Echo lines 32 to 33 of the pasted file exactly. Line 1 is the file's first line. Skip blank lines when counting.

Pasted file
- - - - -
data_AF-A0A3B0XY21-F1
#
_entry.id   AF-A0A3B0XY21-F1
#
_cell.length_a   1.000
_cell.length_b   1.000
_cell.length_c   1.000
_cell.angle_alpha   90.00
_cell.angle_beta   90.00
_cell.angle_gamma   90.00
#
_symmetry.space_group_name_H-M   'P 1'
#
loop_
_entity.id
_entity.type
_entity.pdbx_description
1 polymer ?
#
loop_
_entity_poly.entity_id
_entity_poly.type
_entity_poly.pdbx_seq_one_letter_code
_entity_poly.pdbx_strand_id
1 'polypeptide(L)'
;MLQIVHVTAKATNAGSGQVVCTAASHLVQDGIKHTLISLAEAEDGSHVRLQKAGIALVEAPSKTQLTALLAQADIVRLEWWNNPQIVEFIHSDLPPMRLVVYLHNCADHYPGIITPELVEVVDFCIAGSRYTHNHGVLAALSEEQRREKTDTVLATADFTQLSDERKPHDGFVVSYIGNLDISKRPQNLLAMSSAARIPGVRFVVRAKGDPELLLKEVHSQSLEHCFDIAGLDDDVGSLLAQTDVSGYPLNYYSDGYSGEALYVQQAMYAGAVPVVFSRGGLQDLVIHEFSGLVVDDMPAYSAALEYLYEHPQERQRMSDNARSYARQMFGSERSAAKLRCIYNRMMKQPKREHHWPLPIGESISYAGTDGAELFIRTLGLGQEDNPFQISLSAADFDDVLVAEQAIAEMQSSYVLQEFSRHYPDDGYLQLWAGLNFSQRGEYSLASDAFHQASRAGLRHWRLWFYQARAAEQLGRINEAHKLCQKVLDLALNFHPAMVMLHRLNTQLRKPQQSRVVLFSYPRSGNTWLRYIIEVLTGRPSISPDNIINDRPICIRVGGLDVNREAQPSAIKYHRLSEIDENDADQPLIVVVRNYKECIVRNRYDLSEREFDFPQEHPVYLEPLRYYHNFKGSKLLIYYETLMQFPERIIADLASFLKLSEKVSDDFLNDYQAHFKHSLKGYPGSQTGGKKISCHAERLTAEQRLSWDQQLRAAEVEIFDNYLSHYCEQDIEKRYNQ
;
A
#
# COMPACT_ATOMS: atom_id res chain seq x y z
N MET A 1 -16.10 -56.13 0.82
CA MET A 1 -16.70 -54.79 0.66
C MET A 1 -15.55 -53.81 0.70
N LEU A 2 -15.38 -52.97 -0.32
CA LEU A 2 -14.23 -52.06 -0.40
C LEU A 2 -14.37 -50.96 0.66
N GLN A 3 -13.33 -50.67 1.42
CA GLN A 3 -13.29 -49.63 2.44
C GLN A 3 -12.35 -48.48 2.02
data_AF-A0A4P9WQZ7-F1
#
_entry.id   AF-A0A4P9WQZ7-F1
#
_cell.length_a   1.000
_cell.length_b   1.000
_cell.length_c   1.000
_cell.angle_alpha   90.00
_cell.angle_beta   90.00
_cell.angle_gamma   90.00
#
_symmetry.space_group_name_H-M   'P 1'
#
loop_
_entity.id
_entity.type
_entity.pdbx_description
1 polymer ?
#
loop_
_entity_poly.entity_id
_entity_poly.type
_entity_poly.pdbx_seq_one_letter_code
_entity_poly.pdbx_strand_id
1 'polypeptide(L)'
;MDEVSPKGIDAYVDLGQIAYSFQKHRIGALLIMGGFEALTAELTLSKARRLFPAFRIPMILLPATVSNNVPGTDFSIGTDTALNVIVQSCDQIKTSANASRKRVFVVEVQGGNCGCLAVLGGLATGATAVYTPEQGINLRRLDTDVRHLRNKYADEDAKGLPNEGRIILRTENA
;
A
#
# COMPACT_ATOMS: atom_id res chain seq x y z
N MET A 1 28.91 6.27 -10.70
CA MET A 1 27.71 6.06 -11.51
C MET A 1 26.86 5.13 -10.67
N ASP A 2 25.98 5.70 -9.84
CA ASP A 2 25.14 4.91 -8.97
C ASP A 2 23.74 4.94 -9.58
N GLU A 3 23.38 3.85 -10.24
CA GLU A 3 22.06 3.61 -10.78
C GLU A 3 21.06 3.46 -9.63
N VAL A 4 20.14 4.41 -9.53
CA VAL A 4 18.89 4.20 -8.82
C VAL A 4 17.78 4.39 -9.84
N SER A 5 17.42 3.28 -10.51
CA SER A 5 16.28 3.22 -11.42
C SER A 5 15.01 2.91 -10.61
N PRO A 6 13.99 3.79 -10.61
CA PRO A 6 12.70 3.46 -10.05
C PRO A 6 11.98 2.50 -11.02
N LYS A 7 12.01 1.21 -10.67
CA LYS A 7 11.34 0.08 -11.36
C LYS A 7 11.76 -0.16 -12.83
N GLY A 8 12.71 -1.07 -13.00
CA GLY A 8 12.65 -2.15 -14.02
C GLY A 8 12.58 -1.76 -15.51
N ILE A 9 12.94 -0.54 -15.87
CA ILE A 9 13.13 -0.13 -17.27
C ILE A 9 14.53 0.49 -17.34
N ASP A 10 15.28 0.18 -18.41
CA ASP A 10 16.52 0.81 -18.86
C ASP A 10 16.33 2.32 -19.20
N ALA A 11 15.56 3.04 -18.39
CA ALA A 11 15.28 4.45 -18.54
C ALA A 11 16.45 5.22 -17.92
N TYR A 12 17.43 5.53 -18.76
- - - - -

CA MET A 1 -16.70 -54.79 0.66
C MET A 1 -15.55 -53.81 0.70